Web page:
79th Street Corridor

The men behind the foreign trade zone: from left are: Gary Goldfarb, Interport Consulting, George Yap, CEO of LEASA Industries, Ron Butler, executive director, of the 79th Street Corridor and Norman Taylor.


The ambassador of the city of Miami’s Foreign Trade Zone’s workplace isn’t located in a posh office in Brickell or South Beach. His headquarters is tucked away in Poinciana Park, in an area known as the 79th Street Corridor District.

George L. Yap is CEO of Leasa Industries Co. Inc., a nearly 40-year-old grower, manufacturer and exporter of health foods over in Liberty City. Today, the company started in April 1997, brings in revenue of more than $10 million annually.

But it hasn’t always been that way for the Chinese-Jamaican born proprietor.

In 1972, Yap lost all of his savings in Kingston, Jamaica after the political climate changed and the government switched to a socialist military rule. The government demanded that all citizens turn in their foreign currency and convert it over to Jamaican currency.

“The soldiers would storm into people’s houses to search, and if they found more than $50 they would confiscate it and put you in prison,” said Yap during an interview at his office. “I came to the United States in 1976 with my wife and two kids and only $50 in my pocket.”

He first purchased a bankrupt bean sprout business and lost $30,000 attempting to revitalize the small business. Yap was ready to throw in the towel but he relied on his faith in God and didn’t call it quits.

“I was ready to give up,” said Yap. “I prayed to God everyday and he answered my prayers.”

Before Yap could open up shop, the area had to be cleaned of contaminated soil, construction debris and abandoned underground petroleum tanks. He was the catalyst in getting his hands on $10 million from the Environmental Protection Agency to clean up Poinciana Park.

At the time, Poinciana Park was deemed an Enterprise Zone, where the state offered tax cuts and other incentives to lure new businesses but that’s no longer the terminology for area.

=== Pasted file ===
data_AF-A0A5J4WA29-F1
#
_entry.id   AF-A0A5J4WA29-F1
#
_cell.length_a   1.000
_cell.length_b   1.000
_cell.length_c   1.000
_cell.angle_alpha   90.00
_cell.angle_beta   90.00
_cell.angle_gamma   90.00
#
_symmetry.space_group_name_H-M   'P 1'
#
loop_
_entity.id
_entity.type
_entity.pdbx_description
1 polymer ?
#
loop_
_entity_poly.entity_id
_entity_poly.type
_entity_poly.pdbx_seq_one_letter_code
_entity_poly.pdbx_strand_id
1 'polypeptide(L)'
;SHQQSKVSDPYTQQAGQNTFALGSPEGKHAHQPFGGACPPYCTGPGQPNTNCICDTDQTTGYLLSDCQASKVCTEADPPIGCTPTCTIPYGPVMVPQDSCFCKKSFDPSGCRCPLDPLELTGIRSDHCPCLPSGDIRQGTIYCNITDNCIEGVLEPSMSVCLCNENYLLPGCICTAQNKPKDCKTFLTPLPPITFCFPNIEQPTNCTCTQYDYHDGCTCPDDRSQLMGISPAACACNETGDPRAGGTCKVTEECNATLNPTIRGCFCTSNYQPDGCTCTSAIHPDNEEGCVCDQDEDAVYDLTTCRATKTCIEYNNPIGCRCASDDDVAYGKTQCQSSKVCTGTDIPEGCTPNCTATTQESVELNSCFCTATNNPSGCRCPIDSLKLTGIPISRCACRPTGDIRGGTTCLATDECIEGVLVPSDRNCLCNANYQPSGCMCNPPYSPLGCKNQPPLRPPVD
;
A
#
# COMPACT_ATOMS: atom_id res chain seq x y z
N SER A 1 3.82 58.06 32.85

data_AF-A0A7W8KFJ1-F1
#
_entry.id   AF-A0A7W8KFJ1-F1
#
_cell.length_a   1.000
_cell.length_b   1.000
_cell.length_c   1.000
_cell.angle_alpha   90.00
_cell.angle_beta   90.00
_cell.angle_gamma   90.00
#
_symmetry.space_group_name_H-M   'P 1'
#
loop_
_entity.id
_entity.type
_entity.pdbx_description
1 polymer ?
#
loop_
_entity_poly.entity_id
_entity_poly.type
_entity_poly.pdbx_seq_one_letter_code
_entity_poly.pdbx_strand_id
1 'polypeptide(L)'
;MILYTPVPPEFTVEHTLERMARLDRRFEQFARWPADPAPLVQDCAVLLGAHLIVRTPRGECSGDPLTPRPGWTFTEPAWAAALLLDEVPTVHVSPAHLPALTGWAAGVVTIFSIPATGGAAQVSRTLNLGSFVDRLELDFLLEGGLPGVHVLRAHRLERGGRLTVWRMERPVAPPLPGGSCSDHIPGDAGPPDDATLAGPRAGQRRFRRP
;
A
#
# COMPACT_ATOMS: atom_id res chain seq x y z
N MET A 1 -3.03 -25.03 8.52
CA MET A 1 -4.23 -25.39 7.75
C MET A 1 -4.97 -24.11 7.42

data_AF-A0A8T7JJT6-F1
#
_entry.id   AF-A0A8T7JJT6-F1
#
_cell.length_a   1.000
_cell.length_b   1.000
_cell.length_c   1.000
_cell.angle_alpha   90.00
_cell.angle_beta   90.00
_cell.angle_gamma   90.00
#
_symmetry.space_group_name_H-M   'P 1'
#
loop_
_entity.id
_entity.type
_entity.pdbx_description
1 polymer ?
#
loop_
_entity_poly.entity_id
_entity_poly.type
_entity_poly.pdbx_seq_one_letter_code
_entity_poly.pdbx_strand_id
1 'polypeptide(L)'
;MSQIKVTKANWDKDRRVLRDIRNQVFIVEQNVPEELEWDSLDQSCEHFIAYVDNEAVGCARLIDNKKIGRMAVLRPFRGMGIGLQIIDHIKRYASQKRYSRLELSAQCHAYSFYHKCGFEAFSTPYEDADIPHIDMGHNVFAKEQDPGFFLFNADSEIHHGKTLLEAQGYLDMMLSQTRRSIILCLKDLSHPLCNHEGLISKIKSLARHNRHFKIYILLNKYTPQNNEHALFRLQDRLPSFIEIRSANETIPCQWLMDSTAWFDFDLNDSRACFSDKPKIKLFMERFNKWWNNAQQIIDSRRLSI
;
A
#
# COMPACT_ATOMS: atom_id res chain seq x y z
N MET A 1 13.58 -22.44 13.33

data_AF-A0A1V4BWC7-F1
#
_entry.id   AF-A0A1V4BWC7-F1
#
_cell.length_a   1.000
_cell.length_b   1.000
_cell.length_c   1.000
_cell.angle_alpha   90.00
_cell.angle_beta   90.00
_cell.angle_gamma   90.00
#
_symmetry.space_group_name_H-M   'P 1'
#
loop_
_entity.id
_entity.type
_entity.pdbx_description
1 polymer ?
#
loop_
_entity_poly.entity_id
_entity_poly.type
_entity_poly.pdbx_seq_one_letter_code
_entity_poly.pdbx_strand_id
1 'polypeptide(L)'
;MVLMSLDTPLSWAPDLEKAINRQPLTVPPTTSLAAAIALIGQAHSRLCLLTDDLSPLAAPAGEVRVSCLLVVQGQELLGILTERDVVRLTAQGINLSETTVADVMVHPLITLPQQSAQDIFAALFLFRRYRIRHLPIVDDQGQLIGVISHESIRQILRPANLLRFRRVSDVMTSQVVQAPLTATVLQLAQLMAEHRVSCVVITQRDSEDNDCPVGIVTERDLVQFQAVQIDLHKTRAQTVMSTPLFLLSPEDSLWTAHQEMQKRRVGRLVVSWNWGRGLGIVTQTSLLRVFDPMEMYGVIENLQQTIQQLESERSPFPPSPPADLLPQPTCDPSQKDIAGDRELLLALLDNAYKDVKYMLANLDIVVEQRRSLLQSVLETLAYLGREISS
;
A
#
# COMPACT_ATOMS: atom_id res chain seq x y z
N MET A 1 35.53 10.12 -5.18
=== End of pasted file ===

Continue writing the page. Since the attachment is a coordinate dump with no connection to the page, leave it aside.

The Foreign Trade Zone Board and PortMiami Foreign Trade Zone recently announced they have approved the 79th Street Corridor Initiative in Miami to operate as a foreign trade zone.

“We are trying to get businesses to become importers and exporters, because the Black community is not involved in international trade,” said Ron Butler, executive director of the 79th Street Corridor Initiative. “We’re going to have training programs so community residents can learn how to develop skills they can use as they engage in global trading.”

Butler says they also plan to develop warehouse facilities and build an exposition center at which to hold a variety of events.

Furthermore, the proximity of the 79th Street Corridor to PortMiami, downtown Miami, I-95 and Miami International Airport, creates an opportunity to stimulate increased economic activity, create jobs and facilitate international trade in the region.

Yap, as the ambassador to the foreign trade zone, will try to attract other businesses to the area. 

Leasa’s success has resulted in careers for community residents like Darryl Murray, 54, who is a tractor-trailer driver for the company.

“I’ve been working for Leasa for 16 years and now I’m the lead driver,” said Murray. “I like what I do and I like the people working here. It makes me feel like I’m at home.”

Leasa Industries has 80 employees and many of them have been taken right off the streets. Some have turned their lives around from being law offenders and welfare moms. Sharon Cameron, 49, has managed to purchase a house while working for Leasa.

“I’ve been here for 21 years, said Cameron. “I feel secure having a job that’s allowed me to purchase a house.”

Leasa specializes in healthy foods such as kale, sprouts, alfalfa, wheat grass, snow peas, Black-eyed-peas, pearl onions, stir fry vegetable mix, vegetable soup mix, noodles and wraps, fortune cookies and has become the nation’s largest manufacturer of tofu.

Many of these items you can find on the shelves at Publix and Winn-Dixie and they are exported throughout the Caribbean and Alaska.

 Another component of the free trade zone is that it can create opportunities for the county-initiated Green Tech Corridor, which is located within the 79th Street Corridor. Small businesses can enjoy benefits of being in the zone, which could include the reduction or elimination of custom duties.

Dr. Pandwe Gibson, president of EcoTech Visions, an incubator for green manufacturing businesses, is thrilled about the announcement to approve the 79th Street Corridor as a foreign trade zone. 

“I look forward to seeing the Green Tech Corridor developed in Poinciana Park,” said Gibson. “It’s wonderful to see how the ecosystem begins to grow and flourish. This progress shows South Florida’s commitment to Green Tech Corridors.”

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